Lebanese security officials confirmed at least four funerals were being held Monday morning for Hezbollah fighters or their supporters killed in Syria. They spoke on condition of anonymity in line with military regulations.
Army units "restored security and stability" to most of the city on Monday and killed "many terrorists," the majority of them foreign fighters who have been fighting alongside opposition forces, the state news agency said. The military also destroyed rebel hideouts and seized "large amounts of weapons and ammunition," it said, adding that government troops are fighting pockets of resistance in southern and northern districts of Qusair Monday.
The Syrian regime claims there is no civil war in the country but that the army is fighting foreign-backed terrorists trying to topple Assad's government.
More than 70,000 people have been killed in Syria since March 2011.
At least 1.5 million Syrians have sought shelter in neighboring countries such as Lebanon, Jordan and Turkey, while millions more have been displaced inside Syria and are in urgent need of basic aid, according to the United Nations.
The international aid organization Oxfam appealed for more funds to help Syrian refugees, saying warmer weather will increase health risks due to lack of shelter, water and basic sanitation in Lebanon and Jordan. The Britain-based group said in a statement Monday that diarrhea and skin infections have already been noted among refugees in Jordan and Lebanon. The two countries host the bulk of 1.5 million Syrian refugees.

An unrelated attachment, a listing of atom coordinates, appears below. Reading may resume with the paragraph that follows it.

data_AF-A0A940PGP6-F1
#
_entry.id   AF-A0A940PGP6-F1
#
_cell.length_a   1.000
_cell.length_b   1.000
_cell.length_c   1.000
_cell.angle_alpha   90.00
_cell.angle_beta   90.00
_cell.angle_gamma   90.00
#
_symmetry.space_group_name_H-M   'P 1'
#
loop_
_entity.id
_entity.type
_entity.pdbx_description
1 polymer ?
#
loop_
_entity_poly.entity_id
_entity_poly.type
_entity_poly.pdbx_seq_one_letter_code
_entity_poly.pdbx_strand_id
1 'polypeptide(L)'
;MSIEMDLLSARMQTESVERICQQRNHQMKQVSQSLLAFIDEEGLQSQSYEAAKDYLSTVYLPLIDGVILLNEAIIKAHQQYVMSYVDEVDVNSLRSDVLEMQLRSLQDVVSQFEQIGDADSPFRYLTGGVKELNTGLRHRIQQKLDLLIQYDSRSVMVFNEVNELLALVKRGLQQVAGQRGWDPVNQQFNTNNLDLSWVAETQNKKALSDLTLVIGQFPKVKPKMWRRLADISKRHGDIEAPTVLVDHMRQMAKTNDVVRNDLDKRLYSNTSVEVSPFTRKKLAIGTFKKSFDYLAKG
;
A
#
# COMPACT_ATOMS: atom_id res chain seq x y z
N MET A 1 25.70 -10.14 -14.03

In addition to funds, aid organizations have also complained of a lack of access to civilians in areas most affected by fighting, saying that government bureaucracy often delays convoys for weeks from reaching civilians in dire need of basic supplies.
In a statement Monday, the International Committee of the Red Cross condemned the killing of a driver for the group's affiliate branch in northern Syria. The ICRC said Abdo Darwish, a driver for the Red Crescent Society in Hassakeh was killed May 14 on his way to work. He was wearing his Syrian Red Crescent uniform, "clearly indicating his affiliation with the Movement, when he was targeted by snipers," the ICRC said.
Syria's civil war has claimed the lives of 20 Red Crescent volunteers, the statement said, adding that all of those who died had been killed while carrying out their humanitarian duties.